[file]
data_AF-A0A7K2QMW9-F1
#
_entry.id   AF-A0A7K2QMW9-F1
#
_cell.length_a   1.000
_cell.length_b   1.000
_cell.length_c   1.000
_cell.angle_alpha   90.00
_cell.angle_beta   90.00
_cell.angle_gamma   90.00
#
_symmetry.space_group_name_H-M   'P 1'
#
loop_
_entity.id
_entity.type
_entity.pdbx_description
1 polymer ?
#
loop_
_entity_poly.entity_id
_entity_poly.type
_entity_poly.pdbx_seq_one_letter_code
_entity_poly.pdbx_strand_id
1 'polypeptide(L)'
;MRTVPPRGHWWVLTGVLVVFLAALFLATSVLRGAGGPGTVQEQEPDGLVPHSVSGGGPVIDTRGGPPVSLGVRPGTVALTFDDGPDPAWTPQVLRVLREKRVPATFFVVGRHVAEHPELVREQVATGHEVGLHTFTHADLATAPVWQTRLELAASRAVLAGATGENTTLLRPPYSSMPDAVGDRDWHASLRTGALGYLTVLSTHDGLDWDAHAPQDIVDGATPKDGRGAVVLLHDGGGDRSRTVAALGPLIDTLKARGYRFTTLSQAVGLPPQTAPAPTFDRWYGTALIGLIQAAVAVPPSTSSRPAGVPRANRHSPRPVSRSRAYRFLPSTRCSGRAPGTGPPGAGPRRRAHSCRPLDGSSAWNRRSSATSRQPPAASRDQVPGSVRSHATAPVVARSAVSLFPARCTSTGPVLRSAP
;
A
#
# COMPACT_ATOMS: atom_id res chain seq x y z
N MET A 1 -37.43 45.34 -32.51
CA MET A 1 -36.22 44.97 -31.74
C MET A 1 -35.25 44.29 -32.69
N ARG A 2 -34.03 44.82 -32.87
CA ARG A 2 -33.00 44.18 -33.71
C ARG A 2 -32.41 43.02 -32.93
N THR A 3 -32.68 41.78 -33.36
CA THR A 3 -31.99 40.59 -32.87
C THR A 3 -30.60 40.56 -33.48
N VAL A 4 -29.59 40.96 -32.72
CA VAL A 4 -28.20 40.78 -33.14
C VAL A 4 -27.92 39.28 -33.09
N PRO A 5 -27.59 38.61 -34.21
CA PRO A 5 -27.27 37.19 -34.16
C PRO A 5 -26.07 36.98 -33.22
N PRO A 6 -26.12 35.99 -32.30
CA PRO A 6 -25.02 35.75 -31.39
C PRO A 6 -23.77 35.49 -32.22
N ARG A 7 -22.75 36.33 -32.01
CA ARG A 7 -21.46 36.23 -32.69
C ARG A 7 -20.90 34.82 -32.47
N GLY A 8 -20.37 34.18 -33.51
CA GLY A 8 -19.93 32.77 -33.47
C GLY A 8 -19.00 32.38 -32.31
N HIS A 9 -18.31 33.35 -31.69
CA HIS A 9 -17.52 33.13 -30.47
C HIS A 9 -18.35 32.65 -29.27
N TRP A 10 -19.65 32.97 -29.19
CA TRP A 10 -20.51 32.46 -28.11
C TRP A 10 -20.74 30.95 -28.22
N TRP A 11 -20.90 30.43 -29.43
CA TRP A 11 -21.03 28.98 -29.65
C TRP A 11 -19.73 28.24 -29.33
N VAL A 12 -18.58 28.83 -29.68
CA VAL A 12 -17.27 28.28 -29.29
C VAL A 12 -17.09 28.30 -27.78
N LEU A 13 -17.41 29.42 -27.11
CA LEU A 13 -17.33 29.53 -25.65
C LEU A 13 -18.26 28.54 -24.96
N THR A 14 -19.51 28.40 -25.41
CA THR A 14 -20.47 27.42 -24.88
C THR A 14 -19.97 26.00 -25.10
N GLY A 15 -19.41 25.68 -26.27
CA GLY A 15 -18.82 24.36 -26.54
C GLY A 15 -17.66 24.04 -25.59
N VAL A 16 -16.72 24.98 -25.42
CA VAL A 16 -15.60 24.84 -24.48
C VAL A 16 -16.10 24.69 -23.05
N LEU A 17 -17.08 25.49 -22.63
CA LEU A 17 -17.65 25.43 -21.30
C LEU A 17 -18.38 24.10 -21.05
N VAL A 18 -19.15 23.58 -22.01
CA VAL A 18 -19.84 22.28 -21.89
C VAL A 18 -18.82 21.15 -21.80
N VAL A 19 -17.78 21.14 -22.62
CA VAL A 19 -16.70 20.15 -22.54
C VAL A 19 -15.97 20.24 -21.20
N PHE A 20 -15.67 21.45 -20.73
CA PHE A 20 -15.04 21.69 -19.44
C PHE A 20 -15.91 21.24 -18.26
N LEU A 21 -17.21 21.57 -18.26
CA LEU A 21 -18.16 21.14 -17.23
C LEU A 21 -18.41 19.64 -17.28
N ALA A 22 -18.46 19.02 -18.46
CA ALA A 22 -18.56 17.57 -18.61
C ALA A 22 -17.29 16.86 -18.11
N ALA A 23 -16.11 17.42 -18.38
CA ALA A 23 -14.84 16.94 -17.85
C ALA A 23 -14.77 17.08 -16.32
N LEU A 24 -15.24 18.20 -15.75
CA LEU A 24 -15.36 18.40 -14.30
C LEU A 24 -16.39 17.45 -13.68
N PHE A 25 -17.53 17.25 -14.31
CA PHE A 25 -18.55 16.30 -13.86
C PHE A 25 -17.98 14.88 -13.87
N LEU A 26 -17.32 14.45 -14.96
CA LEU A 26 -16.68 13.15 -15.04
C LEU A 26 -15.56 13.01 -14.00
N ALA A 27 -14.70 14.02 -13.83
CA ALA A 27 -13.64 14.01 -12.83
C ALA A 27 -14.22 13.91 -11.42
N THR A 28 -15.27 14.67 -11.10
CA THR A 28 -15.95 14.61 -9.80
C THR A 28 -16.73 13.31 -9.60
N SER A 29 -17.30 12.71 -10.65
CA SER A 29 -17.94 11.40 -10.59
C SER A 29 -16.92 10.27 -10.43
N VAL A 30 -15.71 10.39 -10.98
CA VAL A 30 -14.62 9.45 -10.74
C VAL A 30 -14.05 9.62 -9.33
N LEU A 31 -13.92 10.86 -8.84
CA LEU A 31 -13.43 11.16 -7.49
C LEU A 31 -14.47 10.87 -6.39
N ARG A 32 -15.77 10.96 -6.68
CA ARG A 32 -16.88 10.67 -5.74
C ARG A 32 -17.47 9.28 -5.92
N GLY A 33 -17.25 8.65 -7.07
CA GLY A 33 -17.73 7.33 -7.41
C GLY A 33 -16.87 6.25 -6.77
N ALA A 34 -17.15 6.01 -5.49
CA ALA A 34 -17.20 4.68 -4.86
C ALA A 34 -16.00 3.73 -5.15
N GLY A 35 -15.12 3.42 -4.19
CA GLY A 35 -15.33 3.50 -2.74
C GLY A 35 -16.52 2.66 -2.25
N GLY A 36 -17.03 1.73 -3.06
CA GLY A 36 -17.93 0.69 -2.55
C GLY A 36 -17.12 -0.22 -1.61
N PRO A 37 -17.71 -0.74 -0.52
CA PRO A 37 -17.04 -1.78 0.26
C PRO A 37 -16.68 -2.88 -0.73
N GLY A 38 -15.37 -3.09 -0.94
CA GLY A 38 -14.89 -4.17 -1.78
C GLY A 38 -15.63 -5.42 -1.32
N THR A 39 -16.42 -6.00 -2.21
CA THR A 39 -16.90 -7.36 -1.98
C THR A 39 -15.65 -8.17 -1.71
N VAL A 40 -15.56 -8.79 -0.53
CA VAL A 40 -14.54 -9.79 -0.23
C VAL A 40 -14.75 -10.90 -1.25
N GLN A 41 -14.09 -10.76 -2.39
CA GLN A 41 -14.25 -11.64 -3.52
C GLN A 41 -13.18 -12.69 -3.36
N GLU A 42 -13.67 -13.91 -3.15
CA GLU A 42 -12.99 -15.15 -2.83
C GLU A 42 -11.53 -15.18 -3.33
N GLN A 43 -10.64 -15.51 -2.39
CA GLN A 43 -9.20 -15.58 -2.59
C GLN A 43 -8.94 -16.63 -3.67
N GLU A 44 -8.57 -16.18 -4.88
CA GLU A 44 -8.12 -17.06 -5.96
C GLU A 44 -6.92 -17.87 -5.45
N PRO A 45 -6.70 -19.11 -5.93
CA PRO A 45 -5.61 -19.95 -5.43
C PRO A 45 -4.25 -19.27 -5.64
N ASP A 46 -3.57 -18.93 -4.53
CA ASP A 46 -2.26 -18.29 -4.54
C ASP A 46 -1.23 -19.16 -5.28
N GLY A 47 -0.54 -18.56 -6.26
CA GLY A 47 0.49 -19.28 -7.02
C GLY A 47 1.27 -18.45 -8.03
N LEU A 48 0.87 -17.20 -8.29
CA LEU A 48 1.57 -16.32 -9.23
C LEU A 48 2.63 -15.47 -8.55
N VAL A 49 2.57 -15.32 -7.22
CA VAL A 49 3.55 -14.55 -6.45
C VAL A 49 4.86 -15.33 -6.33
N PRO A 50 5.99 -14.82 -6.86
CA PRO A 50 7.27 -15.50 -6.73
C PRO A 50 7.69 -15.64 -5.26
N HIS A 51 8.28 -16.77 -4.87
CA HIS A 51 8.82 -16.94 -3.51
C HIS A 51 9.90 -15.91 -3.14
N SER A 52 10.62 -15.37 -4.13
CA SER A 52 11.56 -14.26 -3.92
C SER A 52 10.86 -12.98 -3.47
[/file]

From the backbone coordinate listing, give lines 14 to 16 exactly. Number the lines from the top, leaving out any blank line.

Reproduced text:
loop_
_entity.id
_entity.type